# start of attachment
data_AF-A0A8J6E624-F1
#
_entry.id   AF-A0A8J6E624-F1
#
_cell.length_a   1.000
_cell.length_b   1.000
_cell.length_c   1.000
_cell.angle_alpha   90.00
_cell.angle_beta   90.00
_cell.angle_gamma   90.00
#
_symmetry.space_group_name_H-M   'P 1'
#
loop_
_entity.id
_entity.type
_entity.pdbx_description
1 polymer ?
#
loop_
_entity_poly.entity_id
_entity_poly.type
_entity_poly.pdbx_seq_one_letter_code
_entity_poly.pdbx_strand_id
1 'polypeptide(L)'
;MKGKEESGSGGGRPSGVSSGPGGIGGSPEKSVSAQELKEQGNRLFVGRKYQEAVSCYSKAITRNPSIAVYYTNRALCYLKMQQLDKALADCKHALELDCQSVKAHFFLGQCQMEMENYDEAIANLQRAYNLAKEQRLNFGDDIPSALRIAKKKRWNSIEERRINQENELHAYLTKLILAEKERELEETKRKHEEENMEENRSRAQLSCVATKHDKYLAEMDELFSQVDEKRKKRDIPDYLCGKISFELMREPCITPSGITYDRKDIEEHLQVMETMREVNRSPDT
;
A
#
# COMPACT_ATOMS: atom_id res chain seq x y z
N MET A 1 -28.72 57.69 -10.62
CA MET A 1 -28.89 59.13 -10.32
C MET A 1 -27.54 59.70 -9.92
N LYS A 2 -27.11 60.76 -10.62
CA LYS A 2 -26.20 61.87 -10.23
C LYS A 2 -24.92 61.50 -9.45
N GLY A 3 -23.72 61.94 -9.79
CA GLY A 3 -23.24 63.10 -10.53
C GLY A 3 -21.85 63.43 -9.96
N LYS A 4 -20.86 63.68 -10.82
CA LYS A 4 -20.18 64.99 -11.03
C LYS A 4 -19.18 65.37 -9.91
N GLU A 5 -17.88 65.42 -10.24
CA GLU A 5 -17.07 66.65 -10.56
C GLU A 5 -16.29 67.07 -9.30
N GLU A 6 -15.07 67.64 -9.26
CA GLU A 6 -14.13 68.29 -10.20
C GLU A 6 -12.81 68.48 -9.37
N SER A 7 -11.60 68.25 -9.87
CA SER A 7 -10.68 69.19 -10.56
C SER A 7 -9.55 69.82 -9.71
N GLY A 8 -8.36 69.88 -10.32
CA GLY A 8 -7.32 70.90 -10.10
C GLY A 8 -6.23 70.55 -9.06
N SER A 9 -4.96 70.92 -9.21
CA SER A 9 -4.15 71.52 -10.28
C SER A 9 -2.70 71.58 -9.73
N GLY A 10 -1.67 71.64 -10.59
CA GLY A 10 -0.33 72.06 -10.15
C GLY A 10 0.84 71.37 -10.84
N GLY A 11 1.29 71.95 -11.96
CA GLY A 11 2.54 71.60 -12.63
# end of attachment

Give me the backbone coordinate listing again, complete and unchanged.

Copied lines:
data_AF-A0A8J6E624-F1
#
_entry.id   AF-A0A8J6E624-F1
#
_cell.length_a   1.000
_cell.length_b   1.000
_cell.length_c   1.000
_cell.angle_alpha   90.00
_cell.angle_beta   90.00
_cell.angle_gamma   90.00
#
_symmetry.space_group_name_H-M   'P 1'
#
loop_
_entity.id
_entity.type
_entity.pdbx_description
1 polymer ?
#
loop_
_entity_poly.entity_id
_entity_poly.type
_entity_poly.pdbx_seq_one_letter_code
_entity_poly.pdbx_strand_id
1 'polypeptide(L)'
;MKGKEESGSGGGRPSGVSSGPGGIGGSPEKSVSAQELKEQGNRLFVGRKYQEAVSCYSKAITRNPSIAVYYTNRALCYLKMQQLDKALADCKHALELDCQSVKAHFFLGQCQMEMENYDEAIANLQRAYNLAKEQRLNFGDDIPSALRIAKKKRWNSIEERRINQENELHAYLTKLILAEKERELEETKRKHEEENMEENRSRAQLSCVATKHDKYLAEMDELFSQVDEKRKKRDIPDYLCGKISFELMREPCITPSGITYDRKDIEEHLQVMETMREVNRSPDT
;
A
#
# COMPACT_ATOMS: atom_id res chain seq x y z
N MET A 1 -28.72 57.69 -10.62
CA MET A 1 -28.89 59.13 -10.32
C MET A 1 -27.54 59.70 -9.92
N LYS A 2 -27.11 60.76 -10.62
CA LYS A 2 -26.20 61.87 -10.23
C LYS A 2 -24.92 61.50 -9.45
N GLY A 3 -23.72 61.94 -9.79
CA GLY A 3 -23.24 63.10 -10.53
C GLY A 3 -21.85 63.43 -9.96
N LYS A 4 -20.86 63.68 -10.82
CA LYS A 4 -20.18 64.99 -11.03
C LYS A 4 -19.18 65.37 -9.91
N GLU A 5 -17.88 65.42 -10.24
CA GLU A 5 -17.07 66.65 -10.56
C GLU A 5 -16.29 67.07 -9.30
N GLU A 6 -15.07 67.64 -9.26
CA GLU A 6 -14.13 68.29 -10.20
C GLU A 6 -12.81 68.48 -9.37
N SER A 7 -11.60 68.25 -9.87
CA SER A 7 -10.68 69.19 -10.56
C SER A 7 -9.55 69.82 -9.71
N GLY A 8 -8.36 69.88 -10.32
CA GLY A 8 -7.32 70.90 -10.10
C GLY A 8 -6.23 70.55 -9.06
N SER A 9 -4.96 70.92 -9.21
CA SER A 9 -4.15 71.52 -10.28
C SER A 9 -2.70 71.58 -9.73
N GLY A 10 -1.67 71.64 -10.59
CA GLY A 10 -0.33 72.06 -10.15
C GLY A 10 0.84 71.37 -10.84
N GLY A 11 1.29 71.95 -11.96
CA GLY A 11 2.54 71.60 -12.63